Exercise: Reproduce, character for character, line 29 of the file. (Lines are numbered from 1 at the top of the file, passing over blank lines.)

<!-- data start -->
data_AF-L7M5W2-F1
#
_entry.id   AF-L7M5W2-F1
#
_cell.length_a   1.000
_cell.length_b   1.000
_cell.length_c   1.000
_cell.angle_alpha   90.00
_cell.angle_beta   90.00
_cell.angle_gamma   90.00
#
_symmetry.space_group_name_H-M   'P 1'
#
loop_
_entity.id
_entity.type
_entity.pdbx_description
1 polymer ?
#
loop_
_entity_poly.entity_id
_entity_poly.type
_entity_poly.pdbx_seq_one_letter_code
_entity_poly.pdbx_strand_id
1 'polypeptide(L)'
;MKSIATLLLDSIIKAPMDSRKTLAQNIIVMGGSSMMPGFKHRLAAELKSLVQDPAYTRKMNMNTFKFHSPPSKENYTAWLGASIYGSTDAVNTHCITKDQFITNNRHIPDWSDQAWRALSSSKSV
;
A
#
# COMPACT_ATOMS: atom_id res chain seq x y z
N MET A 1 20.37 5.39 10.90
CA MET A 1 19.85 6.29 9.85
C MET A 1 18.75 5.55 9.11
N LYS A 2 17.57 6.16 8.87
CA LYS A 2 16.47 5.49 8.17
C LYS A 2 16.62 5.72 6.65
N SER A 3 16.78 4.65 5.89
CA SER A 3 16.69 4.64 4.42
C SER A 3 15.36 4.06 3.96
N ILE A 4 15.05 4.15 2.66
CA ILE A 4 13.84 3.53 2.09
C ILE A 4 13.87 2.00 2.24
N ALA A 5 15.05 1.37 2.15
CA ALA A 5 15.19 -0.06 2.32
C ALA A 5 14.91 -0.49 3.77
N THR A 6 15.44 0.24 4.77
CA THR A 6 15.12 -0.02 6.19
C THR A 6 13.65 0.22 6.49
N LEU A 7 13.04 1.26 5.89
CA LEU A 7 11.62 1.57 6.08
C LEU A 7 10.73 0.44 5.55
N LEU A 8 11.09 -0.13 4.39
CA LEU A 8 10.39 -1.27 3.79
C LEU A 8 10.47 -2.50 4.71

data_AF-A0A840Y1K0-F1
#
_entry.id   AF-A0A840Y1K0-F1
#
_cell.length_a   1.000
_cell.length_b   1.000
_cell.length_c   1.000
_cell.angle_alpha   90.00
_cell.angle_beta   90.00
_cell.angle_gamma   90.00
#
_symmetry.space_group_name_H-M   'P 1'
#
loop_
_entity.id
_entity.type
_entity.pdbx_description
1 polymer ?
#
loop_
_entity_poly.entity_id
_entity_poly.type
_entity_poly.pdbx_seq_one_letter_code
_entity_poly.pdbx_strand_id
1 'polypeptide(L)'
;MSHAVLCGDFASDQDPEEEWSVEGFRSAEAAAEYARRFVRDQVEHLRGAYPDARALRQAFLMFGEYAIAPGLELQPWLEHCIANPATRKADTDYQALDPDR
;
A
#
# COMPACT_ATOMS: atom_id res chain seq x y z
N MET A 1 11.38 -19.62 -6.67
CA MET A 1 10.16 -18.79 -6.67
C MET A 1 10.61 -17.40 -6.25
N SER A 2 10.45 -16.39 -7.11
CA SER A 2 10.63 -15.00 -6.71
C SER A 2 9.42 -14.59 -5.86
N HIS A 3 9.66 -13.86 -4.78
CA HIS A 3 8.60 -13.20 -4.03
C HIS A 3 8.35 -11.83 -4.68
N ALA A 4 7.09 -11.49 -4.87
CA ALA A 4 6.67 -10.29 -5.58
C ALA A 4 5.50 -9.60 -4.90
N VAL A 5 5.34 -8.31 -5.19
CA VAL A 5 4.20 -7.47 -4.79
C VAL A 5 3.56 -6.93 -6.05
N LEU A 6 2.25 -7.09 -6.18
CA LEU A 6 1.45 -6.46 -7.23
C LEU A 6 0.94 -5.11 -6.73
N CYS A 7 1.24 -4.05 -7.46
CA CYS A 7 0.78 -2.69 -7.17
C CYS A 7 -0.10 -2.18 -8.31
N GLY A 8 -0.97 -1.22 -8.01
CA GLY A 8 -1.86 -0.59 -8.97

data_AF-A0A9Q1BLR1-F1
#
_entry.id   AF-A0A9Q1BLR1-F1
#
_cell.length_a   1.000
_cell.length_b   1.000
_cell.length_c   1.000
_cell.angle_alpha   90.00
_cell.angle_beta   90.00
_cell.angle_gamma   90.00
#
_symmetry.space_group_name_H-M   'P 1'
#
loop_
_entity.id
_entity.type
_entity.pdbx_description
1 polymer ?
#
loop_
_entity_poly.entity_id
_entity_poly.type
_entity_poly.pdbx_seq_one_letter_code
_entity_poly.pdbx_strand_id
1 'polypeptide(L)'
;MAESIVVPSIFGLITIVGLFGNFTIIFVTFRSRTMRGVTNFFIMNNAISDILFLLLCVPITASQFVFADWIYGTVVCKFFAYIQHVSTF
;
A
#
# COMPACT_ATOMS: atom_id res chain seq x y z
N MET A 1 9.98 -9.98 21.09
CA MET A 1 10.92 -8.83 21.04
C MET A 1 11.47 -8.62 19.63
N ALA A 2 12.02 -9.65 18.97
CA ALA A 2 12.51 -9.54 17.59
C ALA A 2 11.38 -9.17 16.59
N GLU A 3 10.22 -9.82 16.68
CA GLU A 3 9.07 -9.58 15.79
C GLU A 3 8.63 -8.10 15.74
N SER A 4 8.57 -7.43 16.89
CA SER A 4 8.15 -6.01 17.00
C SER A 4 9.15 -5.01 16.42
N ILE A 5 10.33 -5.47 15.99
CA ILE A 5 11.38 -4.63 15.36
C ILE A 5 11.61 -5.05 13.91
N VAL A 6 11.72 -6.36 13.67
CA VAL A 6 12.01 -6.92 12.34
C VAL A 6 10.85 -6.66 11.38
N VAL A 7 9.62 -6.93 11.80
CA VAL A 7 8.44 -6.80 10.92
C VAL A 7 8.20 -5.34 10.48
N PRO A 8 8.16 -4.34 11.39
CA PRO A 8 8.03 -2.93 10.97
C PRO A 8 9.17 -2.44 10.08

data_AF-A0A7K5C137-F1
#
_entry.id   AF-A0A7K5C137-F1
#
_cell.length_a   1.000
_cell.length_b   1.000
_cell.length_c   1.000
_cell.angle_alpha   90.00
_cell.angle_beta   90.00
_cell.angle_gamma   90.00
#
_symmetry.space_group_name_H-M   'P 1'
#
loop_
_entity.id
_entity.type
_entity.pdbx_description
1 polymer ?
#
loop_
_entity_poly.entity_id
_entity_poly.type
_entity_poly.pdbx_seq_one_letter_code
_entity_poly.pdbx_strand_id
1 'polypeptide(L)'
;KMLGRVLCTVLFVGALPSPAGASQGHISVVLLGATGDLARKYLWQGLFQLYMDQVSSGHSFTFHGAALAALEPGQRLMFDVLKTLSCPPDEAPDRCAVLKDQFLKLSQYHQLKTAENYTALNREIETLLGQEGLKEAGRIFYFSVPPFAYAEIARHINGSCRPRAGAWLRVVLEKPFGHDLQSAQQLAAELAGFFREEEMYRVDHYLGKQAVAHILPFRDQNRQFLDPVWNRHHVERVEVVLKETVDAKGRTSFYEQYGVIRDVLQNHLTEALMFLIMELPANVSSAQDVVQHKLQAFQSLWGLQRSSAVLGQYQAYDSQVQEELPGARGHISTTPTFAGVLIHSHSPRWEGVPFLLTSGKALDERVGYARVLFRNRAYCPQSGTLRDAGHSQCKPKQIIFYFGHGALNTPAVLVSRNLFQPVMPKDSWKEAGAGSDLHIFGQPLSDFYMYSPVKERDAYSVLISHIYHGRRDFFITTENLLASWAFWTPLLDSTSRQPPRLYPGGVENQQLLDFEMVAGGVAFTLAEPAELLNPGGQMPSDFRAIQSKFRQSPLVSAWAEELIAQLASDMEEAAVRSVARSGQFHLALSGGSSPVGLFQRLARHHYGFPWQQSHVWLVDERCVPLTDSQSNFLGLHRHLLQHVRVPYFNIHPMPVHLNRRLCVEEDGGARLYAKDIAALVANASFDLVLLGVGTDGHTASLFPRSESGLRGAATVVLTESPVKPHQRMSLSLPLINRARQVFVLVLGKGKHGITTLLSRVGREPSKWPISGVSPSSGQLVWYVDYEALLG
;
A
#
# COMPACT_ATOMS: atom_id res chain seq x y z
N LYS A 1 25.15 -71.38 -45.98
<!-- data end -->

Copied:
#